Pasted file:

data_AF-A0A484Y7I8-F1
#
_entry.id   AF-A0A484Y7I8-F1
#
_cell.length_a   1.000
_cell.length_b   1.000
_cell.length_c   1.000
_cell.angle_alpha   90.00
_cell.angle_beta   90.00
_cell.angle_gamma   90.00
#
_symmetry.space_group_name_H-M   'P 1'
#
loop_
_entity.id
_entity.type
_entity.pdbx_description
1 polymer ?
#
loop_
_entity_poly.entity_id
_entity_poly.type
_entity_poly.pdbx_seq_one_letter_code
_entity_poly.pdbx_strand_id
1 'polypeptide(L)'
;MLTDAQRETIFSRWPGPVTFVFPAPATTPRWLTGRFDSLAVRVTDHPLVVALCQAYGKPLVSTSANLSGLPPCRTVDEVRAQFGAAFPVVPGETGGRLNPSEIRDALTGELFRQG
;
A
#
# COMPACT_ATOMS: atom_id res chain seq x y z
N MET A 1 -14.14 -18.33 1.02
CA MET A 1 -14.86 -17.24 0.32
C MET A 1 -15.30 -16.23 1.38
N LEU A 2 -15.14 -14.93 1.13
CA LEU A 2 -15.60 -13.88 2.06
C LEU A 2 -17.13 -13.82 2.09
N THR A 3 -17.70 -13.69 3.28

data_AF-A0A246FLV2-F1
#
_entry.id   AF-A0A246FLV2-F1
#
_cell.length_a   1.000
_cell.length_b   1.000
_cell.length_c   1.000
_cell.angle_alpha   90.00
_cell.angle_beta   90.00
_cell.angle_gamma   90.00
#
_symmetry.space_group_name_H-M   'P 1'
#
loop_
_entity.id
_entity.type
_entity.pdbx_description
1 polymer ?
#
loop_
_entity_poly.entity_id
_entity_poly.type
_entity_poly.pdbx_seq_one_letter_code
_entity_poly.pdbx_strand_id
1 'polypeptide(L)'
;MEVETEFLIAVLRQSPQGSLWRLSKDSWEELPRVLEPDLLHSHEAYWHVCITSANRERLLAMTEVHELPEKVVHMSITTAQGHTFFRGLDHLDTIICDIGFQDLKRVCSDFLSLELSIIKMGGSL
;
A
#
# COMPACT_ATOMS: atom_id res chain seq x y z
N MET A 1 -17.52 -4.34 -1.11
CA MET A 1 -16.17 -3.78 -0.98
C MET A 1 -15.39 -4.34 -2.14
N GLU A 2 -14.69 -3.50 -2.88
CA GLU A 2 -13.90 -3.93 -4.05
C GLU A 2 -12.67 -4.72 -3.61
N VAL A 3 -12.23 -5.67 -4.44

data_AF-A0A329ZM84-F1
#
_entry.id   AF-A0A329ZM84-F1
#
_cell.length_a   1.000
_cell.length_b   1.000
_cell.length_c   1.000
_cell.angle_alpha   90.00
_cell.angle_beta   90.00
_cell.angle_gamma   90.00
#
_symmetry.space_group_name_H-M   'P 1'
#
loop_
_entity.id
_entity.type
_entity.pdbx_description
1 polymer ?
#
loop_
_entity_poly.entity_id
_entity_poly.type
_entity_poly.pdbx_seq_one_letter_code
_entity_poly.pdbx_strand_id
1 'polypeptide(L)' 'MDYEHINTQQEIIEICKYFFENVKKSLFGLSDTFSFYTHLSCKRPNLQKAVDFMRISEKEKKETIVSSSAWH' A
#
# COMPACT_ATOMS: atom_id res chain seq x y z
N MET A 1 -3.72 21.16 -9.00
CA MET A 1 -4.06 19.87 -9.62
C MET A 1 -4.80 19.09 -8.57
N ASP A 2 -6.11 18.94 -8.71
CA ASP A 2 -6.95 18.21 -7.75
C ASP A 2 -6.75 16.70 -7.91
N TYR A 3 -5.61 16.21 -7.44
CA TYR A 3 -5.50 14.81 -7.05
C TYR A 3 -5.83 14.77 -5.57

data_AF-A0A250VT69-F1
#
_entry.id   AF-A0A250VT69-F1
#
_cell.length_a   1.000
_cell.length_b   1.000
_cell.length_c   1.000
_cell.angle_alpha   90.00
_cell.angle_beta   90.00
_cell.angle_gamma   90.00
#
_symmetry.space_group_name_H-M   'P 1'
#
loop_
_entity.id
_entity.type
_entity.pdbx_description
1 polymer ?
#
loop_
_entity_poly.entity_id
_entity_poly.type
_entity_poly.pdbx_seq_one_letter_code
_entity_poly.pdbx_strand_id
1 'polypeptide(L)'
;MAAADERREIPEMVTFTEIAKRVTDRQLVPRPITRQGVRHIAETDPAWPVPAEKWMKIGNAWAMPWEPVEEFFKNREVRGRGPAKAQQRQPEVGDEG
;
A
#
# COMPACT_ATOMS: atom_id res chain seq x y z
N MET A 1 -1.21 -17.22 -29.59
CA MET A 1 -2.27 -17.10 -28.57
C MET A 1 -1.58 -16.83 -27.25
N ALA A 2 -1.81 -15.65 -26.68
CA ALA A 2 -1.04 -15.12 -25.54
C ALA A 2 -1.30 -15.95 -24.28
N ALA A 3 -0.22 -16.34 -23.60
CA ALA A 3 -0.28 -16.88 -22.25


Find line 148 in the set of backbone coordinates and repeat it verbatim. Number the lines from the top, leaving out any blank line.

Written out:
CA ALA A 3 -0.28 -16.88 -22.25